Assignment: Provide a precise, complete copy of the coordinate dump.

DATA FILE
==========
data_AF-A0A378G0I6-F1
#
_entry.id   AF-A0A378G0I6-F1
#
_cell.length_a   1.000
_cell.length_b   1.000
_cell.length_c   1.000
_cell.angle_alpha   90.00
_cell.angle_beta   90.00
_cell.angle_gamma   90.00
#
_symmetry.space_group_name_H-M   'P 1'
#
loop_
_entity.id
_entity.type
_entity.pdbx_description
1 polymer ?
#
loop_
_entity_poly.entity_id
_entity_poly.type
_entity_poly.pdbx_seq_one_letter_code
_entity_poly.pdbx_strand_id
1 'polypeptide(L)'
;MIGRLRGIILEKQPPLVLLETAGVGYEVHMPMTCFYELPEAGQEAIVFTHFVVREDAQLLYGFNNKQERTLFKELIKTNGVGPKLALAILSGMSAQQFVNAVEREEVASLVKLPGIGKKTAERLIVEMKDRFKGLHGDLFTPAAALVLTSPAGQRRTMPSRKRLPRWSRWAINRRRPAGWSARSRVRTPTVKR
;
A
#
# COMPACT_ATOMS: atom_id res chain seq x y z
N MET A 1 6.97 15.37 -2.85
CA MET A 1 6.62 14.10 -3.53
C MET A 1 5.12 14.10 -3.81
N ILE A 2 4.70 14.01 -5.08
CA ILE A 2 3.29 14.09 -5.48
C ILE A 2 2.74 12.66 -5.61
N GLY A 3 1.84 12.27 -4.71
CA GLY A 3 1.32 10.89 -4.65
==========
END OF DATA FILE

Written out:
data_AF-A0A378G0I6-F1
#
_entry.id   AF-A0A378G0I6-F1
#
_cell.length_a   1.000
_cell.length_b   1.000
_cell.length_c   1.000
_cell.angle_alpha   90.00
_cell.angle_beta   90.00
_cell.angle_gamma   90.00
#
_symmetry.space_group_name_H-M   'P 1'
#
loop_
_entity.id
_entity.type
_entity.pdbx_description
1 polymer ?
#
loop_
_entity_poly.entity_id
_entity_poly.type
_entity_poly.pdbx_seq_one_letter_code
_entity_poly.pdbx_strand_id
1 'polypeptide(L)'
;MIGRLRGIILEKQPPLVLLETAGVGYEVHMPMTCFYELPEAGQEAIVFTHFVVREDAQLLYGFNNKQERTLFKELIKTNGVGPKLALAILSGMSAQQFVNAVEREEVASLVKLPGIGKKTAERLIVEMKDRFKGLHGDLFTPAAALVLTSPAGQRRTMPSRKRLPRWSRWAINRRRPAGWSARSRVRTPTVKR
;
A
#
# COMPACT_ATOMS: atom_id res chain seq x y z
N MET A 1 6.97 15.37 -2.85
CA MET A 1 6.62 14.10 -3.53
C MET A 1 5.12 14.10 -3.81
N ILE A 2 4.70 14.01 -5.08
CA ILE A 2 3.29 14.09 -5.48
C ILE A 2 2.74 12.66 -5.61
N GLY A 3 1.84 12.27 -4.71
CA GLY A 3 1.32 10.89 -4.65